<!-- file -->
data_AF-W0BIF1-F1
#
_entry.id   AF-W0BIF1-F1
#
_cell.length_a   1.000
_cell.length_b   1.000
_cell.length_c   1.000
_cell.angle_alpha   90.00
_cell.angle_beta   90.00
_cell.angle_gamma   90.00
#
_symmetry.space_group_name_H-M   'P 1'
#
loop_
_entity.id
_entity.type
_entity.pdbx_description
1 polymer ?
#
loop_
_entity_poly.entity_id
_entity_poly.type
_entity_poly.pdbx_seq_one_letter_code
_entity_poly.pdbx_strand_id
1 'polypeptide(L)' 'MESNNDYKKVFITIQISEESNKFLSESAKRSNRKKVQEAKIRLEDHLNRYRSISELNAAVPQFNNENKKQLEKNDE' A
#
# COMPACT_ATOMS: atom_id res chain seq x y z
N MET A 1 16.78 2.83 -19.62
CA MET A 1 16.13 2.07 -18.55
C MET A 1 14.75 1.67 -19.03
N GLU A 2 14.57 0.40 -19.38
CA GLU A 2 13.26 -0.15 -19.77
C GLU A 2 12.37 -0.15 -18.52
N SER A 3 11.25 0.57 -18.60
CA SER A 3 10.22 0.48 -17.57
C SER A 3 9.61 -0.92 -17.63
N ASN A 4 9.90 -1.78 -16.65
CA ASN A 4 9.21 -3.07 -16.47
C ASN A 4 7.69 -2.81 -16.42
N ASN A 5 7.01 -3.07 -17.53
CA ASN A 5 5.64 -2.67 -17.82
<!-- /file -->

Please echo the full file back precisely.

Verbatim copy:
data_AF-W0BIF1-F1
#
_entry.id   AF-W0BIF1-F1
#
_cell.length_a   1.000
_cell.length_b   1.000
_cell.length_c   1.000
_cell.angle_alpha   90.00
_cell.angle_beta   90.00
_cell.angle_gamma   90.00
#
_symmetry.space_group_name_H-M   'P 1'
#
loop_
_entity.id
_entity.type
_entity.pdbx_description
1 polymer ?
#
loop_
_entity_poly.entity_id
_entity_poly.type
_entity_poly.pdbx_seq_one_letter_code
_entity_poly.pdbx_strand_id
1 'polypeptide(L)' 'MESNNDYKKVFITIQISEESNKFLSESAKRSNRKKVQEAKIRLEDHLNRYRSISELNAAVPQFNNENKKQLEKNDE' A
#
# COMPACT_ATOMS: atom_id res chain seq x y z
N MET A 1 16.78 2.83 -19.62
CA MET A 1 16.13 2.07 -18.55
C MET A 1 14.75 1.67 -19.03
N GLU A 2 14.57 0.40 -19.38
CA GLU A 2 13.26 -0.15 -19.77
C GLU A 2 12.37 -0.15 -18.52
N SER A 3 11.25 0.57 -18.60
CA SER A 3 10.22 0.48 -17.57
C SER A 3 9.61 -0.92 -17.63
N ASN A 4 9.90 -1.78 -16.65
CA ASN A 4 9.21 -3.07 -16.47
C ASN A 4 7.69 -2.81 -16.42
N ASN A 5 7.01 -3.07 -17.53
CA ASN A 5 5.64 -2.67 -17.82